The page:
Jan. 20, 2010
Aerobic exercise such as running or jogging stimulates the growth of new brain cells and improves the memory and ability to learn. Scientists divided mice into two groups: one group was given a running wheel they could use at any time, and the other group was given a couch and TV with remote control had no exercise wheel. The study showed that even a few days of running stimulates the brain to grow new cells in a part of the brain involved in memory and recall, and the exercised mice performed better on memory and learning tests. The new study is published in the Proceedings of the National Academy of Sciences.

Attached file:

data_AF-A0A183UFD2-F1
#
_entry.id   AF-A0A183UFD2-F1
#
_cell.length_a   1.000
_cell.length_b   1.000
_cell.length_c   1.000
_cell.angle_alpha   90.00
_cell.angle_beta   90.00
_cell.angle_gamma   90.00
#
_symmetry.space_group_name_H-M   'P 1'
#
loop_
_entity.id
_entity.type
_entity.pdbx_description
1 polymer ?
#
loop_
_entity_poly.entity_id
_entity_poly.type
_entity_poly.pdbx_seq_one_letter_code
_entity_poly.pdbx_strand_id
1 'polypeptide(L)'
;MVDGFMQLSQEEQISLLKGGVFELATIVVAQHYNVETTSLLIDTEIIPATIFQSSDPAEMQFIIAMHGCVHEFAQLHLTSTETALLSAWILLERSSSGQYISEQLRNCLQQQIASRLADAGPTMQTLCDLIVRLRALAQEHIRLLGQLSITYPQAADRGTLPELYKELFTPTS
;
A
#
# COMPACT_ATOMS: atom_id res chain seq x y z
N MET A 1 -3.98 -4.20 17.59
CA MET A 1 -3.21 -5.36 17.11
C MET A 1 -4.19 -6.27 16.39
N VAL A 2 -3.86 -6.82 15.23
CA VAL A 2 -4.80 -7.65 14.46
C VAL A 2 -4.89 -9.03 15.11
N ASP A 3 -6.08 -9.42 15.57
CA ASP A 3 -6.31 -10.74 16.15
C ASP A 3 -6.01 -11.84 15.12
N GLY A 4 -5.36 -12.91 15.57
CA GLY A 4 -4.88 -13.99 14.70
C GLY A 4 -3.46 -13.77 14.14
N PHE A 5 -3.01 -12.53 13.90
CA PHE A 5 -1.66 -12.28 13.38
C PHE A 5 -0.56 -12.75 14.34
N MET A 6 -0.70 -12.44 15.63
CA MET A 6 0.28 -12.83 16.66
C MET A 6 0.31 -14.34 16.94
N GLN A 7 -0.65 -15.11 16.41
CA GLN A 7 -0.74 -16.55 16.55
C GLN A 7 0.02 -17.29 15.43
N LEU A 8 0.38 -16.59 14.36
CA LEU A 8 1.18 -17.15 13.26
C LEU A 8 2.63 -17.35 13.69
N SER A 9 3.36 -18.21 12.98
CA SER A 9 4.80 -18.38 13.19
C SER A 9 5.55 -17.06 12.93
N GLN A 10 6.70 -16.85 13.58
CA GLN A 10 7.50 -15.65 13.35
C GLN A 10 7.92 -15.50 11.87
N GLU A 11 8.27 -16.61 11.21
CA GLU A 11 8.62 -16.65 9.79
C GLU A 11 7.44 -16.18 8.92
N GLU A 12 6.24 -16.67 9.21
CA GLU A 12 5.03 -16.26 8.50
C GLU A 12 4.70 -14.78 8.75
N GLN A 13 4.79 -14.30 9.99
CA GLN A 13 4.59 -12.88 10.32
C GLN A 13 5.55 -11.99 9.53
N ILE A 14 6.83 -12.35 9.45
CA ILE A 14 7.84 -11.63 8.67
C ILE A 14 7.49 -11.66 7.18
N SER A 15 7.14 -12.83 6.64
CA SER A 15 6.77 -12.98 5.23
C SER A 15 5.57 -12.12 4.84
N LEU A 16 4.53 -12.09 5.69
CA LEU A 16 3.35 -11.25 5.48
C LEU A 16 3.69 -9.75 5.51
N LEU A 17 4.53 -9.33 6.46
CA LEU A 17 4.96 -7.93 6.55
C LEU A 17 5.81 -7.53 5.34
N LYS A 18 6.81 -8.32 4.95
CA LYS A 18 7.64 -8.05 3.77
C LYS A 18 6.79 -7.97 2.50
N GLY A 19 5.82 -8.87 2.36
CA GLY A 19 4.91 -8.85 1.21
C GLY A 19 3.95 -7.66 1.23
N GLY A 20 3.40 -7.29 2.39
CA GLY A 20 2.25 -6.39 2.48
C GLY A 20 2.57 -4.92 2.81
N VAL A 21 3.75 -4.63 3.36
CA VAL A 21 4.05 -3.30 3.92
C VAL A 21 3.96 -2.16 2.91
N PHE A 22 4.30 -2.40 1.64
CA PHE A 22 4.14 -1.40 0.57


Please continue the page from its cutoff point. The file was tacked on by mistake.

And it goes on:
Previous studies have shown increased neural stem cell production can be induced by exercise, even in aged mice, and that new brain stem cells are important for memory and learning. Earlier work suggested that exercise stimulated neural stem cell formation in humans as well.
Another advantage of running is that you can generate some electricity.